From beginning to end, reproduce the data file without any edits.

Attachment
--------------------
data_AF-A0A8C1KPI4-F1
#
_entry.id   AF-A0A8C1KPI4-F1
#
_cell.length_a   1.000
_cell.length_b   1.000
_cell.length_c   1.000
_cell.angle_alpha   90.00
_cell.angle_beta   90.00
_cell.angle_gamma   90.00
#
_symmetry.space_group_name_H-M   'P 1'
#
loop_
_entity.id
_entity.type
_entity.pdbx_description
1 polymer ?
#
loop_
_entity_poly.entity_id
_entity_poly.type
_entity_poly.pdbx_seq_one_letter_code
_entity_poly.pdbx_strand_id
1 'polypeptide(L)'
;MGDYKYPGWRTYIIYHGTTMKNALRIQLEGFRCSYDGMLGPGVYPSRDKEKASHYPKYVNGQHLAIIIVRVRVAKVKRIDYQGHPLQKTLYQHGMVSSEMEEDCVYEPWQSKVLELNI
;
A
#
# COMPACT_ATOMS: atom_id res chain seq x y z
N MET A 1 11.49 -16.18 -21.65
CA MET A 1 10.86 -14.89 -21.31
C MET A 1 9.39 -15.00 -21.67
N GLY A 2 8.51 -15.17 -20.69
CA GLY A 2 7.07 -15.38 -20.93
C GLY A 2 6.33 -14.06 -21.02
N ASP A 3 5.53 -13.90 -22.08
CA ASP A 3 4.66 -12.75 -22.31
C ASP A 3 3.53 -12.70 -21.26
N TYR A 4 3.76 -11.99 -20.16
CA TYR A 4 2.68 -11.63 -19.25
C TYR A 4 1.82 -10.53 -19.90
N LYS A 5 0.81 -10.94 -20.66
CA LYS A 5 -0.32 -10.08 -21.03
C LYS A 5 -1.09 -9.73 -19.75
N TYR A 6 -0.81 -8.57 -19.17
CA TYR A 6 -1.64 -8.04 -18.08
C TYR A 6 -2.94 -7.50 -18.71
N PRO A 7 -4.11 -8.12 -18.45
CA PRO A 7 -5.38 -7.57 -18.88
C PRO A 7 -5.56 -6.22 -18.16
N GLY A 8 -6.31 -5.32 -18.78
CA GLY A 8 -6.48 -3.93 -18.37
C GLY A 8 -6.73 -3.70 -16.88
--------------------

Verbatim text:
data_AF-A0A8C1KPI4-F1
#
_entry.id   AF-A0A8C1KPI4-F1
#
_cell.length_a   1.000
_cell.length_b   1.000
_cell.length_c   1.000
_cell.angle_alpha   90.00
_cell.angle_beta   90.00
_cell.angle_gamma   90.00
#
_symmetry.space_group_name_H-M   'P 1'
#
loop_
_entity.id
_entity.type
_entity.pdbx_description
1 polymer ?
#
loop_
_entity_poly.entity_id
_entity_poly.type
_entity_poly.pdbx_seq_one_letter_code
_entity_poly.pdbx_strand_id
1 'polypeptide(L)'
;MGDYKYPGWRTYIIYHGTTMKNALRIQLEGFRCSYDGMLGPGVYPSRDKEKASHYPKYVNGQHLAIIIVRVRVAKVKRIDYQGHPLQKTLYQHGMVSSEMEEDCVYEPWQSKVLELNI
;
A
#
# COMPACT_ATOMS: atom_id res chain seq x y z
N MET A 1 11.49 -16.18 -21.65
CA MET A 1 10.86 -14.89 -21.31
C MET A 1 9.39 -15.00 -21.67
N GLY A 2 8.51 -15.17 -20.69
CA GLY A 2 7.07 -15.38 -20.93
C GLY A 2 6.33 -14.06 -21.02
N ASP A 3 5.53 -13.90 -22.08
CA ASP A 3 4.66 -12.75 -22.31
C ASP A 3 3.53 -12.70 -21.26
N TYR A 4 3.76 -11.99 -20.16
CA TYR A 4 2.68 -11.63 -19.25
C TYR A 4 1.82 -10.53 -19.90
N LYS A 5 0.81 -10.94 -20.66
CA LYS A 5 -0.32 -10.08 -21.03
C LYS A 5 -1.09 -9.73 -19.75
N TYR A 6 -0.81 -8.57 -19.17
CA TYR A 6 -1.64 -8.04 -18.08
C TYR A 6 -2.94 -7.50 -18.71
N PRO A 7 -4.11 -8.12 -18.45
CA PRO A 7 -5.38 -7.57 -18.88
C PRO A 7 -5.56 -6.22 -18.16
N GLY A 8 -6.31 -5.32 -18.78
CA GLY A 8 -6.48 -3.93 -18.37
C GLY A 8 -6.73 -3.70 -16.88